Nothing comes out ‘unscathed’: Here’s what inflation in downcycle means for Bitcoin — Coinbase’s David Duong


(Kitco News) Inflation in a recessionary environment is an entirely different beast to deal with for all assets, and Bitcoin is not an exception, according to Coinbase’s head of institutional research David Duong.

The crypto market saw a sharp selloff this week, with Bitcoin tumbling 32% in the last seven days and trading at $20,464. And Ethereum, the world’s second-largest cryptocurrency, falling nearly 40% on the week and last trading at $1,083.

The initial trigger behind the latest massive crypto drop was the macro environment. First, a surprising hot inflation number from May caught markets off guard, and then a 75-basis-point hike from the Federal Reserve on Wednesday, which marked the biggest rate increase since 1994.

To get an outlook on what’s to come at the Fed’s July meeting, click here

The dramatic shakeout in crypto also garnered steam following contagion risks from within the crypto community itself after a lending company Celsius said it was halting all transactions on its platform. To learn more about that, click here

Inflation is a complicated measure, and its impact on the crypto space will depend on the economic cycle the financial space will be in towards the year-end, Duong told Kitco News on the sidelines of the Consensus 2022 conference held in Austin between June 9-12.

“Inflation works very differently in an upcycle versus a downcycle. Inflation rising in a positive growth environment isn’t a bad thing because the economy is growing at the same time. The problem that we have right now is that inflation is rising in a potential recessionary scenario. That is what makes things really complicated,” he explained.




Nothing can perform well in a recession, and Bitcoin won’t be an exception from stocks, Duong added.

“I don’t know if Bitcoin can perform under that down environment. JPMorgan’s Jamie Dimon recently referred to the current economic cycle as a hurricane blowing in. If there’s a hurricane and my car is broken, and my house has the windows broken, I don’t say to myself, ‘it’s a correlation between that broken car and the broken house.’ I say, ‘there’s a hurricane.’ That is what people are missing when it comes to these kinds of situations,” he said.

The correlation between stocks, risk-on assets, and Bitcoin seems very high at the moment. “I don’t think anything really comes out unscathed in that. And unfortunately, Bitcoin’s not an exception to that rule,” Duong noted.

In terms of finding the bottom and whether $20,000 could be that level for Bitcoin, Duong pointed out that it is challenging to distinguish how much of this downtrend is macro-specific drivers versus some internal and idiosyncratic things relevant only to crypto.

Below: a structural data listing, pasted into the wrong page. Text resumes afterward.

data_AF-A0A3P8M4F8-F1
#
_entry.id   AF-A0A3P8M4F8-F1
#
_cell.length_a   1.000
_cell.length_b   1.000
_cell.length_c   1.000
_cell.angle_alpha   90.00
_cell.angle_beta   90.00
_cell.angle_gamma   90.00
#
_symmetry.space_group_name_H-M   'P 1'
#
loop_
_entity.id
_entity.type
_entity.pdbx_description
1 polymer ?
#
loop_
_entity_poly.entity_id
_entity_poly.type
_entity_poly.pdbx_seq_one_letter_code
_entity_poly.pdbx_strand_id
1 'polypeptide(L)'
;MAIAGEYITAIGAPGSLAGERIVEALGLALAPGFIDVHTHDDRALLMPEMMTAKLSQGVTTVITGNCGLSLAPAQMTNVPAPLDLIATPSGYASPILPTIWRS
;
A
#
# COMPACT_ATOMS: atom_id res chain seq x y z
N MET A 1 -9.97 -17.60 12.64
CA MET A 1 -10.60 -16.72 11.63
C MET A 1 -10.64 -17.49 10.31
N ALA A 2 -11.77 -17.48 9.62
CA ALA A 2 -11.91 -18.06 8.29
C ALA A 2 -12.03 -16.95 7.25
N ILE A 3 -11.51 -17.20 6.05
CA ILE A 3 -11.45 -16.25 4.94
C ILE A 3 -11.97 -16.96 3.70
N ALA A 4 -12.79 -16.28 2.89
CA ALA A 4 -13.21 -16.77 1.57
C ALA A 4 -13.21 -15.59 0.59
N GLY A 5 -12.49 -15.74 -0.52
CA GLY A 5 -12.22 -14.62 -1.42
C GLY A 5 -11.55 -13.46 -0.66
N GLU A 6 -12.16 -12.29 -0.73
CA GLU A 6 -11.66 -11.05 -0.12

“Trying to separate that is the hardest problem when trying to figure out what the bottom is because they’re moving in tandem,” he explained. “To people who are telling me that it’s $20,000, it’s hard to be right on that because it’s hard to know how much these factors contribute to the performance of an asset like that.”

Some of the internal factors impacting Bitcoin’s bull cycles are elements like the hash rate and the halving, which is a 50% reduction in bitcoin’s mining reward that is programmed to cut the pace of supply expansion every four years. “It does matter for supply and how it impacts the price of this,” Duong said.


Positive headlines to watch that are specific to crypto and Bitcoin include innovations and new technologies — layer 2s. Also, the regulatory space — whether it will give this oversight that “we can hang our hats on,” Duong said.

“Headlines are important. They’re key to this space. This is a long-duration speculative asset at the end of the day. That means that probably over the long term if we believe in secular technology, it has a good chance to increase in value,” he described.

These developments will be essential in the year’s second half, especially with the sweeping Lummis-Gillibrand crypto bill, Biden’s executive order, and all the related digital asserts reports coming out in September and October, Duong highlighted. “Once we get that, then maybe we can start talking about spot Bitcoin ETF.”

Also, Bitcoin miners’ activity is key to keep a close eye on in this downtrend because they are important Bitcoin HODLers, who are facing rising electricity costs.

“As they’re setting up shop in the U.S., they must reckon with higher energy costs. How are they handling this? Are they being forced to sell reserves? These are all major themes to be looking at because these are technical factors that impact things from the flow side,” Duong elaborated.

Also, financing is critical, especially regarding available supply when people are getting called on margin. “Are there any fund liquidations that contribute to that? And is there enough supply to fill those requirements?” he asked.



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